Impact of Mycobacterium tuberculosis Infection on Human B Cell Compartment and Antibody Responses
- Autori: La Manna, Marco P; Shekarkar-Azgomi, Mojtaba; Badami, Giusto D; Tamburini, Bartolo; Dieli, Costanza; Di Carlo, Paola; Fasciana, Teresa; Marcianò, Vito; Lo Sasso, Bruna; Giglio, Rosaria V; Giammanco, Anna; Ciaccio, Marcello; Dieli, Francesco; Caccamo, Nadia
- Anno di pubblicazione: 2022
- Tipologia: Articolo in rivista
- OA Link: http://hdl.handle.net/10447/577899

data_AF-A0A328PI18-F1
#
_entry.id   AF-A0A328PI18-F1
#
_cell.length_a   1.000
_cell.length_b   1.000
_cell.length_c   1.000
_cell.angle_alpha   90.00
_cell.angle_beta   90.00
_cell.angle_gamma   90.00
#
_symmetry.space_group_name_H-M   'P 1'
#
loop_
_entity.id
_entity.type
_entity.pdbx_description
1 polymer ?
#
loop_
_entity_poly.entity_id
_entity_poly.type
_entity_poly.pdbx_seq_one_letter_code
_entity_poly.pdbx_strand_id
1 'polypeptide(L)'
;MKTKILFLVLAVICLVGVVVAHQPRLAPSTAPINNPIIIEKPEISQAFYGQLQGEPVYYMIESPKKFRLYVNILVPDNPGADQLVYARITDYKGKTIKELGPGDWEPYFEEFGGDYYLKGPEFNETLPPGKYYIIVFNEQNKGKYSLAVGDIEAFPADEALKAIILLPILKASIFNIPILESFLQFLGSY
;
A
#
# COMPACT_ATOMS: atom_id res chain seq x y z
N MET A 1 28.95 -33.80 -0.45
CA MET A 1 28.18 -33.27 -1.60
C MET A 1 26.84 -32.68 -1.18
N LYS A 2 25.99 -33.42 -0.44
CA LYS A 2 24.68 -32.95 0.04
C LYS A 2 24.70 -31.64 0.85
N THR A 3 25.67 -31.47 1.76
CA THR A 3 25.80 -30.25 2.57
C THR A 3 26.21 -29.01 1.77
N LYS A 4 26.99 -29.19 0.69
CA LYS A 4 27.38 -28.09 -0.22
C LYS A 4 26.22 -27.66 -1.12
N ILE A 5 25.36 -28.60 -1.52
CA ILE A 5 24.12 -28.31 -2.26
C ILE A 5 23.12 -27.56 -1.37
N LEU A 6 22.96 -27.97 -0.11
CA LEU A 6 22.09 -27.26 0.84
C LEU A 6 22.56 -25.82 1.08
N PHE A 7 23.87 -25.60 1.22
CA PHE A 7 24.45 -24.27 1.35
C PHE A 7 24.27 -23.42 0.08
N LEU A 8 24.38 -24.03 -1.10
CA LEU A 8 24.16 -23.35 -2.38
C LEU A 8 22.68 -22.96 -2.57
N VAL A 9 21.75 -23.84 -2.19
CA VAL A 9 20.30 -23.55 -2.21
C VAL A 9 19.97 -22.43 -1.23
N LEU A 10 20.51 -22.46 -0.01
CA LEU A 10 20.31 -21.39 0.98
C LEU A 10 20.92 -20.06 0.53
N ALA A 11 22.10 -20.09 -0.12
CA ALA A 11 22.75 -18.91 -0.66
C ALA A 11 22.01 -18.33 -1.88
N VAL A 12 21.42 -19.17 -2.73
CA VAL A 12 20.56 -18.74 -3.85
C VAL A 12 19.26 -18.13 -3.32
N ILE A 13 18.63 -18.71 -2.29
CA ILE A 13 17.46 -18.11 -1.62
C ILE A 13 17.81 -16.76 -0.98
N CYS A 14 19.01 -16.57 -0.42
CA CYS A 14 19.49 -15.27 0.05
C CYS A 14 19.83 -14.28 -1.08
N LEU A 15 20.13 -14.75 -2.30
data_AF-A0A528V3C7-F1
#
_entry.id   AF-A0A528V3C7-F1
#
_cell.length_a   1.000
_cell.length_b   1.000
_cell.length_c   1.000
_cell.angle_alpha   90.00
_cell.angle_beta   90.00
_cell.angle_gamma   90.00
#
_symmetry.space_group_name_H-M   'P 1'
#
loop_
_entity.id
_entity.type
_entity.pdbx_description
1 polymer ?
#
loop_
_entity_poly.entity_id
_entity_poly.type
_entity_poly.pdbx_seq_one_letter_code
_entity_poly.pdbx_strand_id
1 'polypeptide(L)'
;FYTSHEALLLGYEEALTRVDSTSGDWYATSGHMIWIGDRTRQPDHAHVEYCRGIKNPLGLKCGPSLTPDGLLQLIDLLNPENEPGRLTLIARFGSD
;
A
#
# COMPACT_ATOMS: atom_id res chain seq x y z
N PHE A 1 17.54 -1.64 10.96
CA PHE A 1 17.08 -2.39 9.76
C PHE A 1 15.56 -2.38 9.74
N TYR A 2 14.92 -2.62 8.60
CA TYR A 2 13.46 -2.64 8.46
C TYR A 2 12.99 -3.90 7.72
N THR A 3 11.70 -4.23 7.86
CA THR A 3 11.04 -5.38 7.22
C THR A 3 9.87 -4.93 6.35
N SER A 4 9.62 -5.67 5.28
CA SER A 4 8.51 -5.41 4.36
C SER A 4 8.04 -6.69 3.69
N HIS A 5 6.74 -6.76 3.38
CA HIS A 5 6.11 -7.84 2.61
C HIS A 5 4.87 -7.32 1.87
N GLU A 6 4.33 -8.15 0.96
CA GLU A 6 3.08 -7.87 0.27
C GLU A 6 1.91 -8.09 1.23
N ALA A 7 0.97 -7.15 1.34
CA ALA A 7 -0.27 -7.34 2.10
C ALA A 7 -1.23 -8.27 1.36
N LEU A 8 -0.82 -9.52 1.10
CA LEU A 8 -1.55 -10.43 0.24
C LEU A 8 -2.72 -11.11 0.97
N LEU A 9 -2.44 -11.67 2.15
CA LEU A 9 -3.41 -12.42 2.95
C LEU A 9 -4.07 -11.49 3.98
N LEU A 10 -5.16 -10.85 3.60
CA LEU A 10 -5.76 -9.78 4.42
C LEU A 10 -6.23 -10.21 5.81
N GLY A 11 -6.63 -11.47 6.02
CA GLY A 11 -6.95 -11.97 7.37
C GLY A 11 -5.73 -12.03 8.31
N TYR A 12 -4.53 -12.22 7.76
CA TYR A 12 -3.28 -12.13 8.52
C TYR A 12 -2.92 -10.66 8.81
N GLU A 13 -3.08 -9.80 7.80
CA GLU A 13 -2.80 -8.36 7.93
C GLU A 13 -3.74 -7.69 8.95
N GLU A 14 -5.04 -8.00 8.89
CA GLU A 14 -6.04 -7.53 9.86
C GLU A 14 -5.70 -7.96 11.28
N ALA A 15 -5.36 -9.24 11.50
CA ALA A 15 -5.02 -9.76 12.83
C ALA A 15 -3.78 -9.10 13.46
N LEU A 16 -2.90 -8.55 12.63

Tuberculosis (TB) remains one of the most important health challenges worldwide. Control of the TB epidemic has not yet been achieved because of the lack of an effective vaccine and rapid and sensitive diagnostic approaches, as well as the emergence of drug-resistant forms of M. tuberculosis. Cellular immunity has a pivotal role against M. tuberculosis infection, but the role of humoral immunity is still controversial. We analyzed the frequency, absolute counts, and phenotypic and functional subsets of B lymphocytes in the peripheral blood of patients with active TB and subjects with latent infection compared to healthy donors. Moreover, we analyzed serum levels of total Ig and their IgA, IgM, and IgG isotypes and the titers of preexisting antibodies against a pool of common viral pathogens. FlowCT and unsupervised clusterization analysis show that patients with active TB and LTBI subjects have modest non-significant reduction in the numbers of circulating B lymphocytes as compared to healthy donors. Moreover, LTBI subjects had high percentages of atypical B cell population and lower percentages of naive and switched memory B cells. These findings were supported by gene expression and GSEA analysis. Moreover, there were no differences between active TB patients, LTBI subjects and HD, either in serum levels of total Ig isotypes or in preexisting IgG antibody titers, to ten different antigens from eight common pathogenic viruses, clearly demonstrating that either active or latent M. tuberculosis infection preserves the antibody production capacity of long-lived plasma cells. Thus, our results agree with previous studies reporting unaltered B cell frequencies in the blood of active TB patients and LTBI individuals as compared to healthy controls.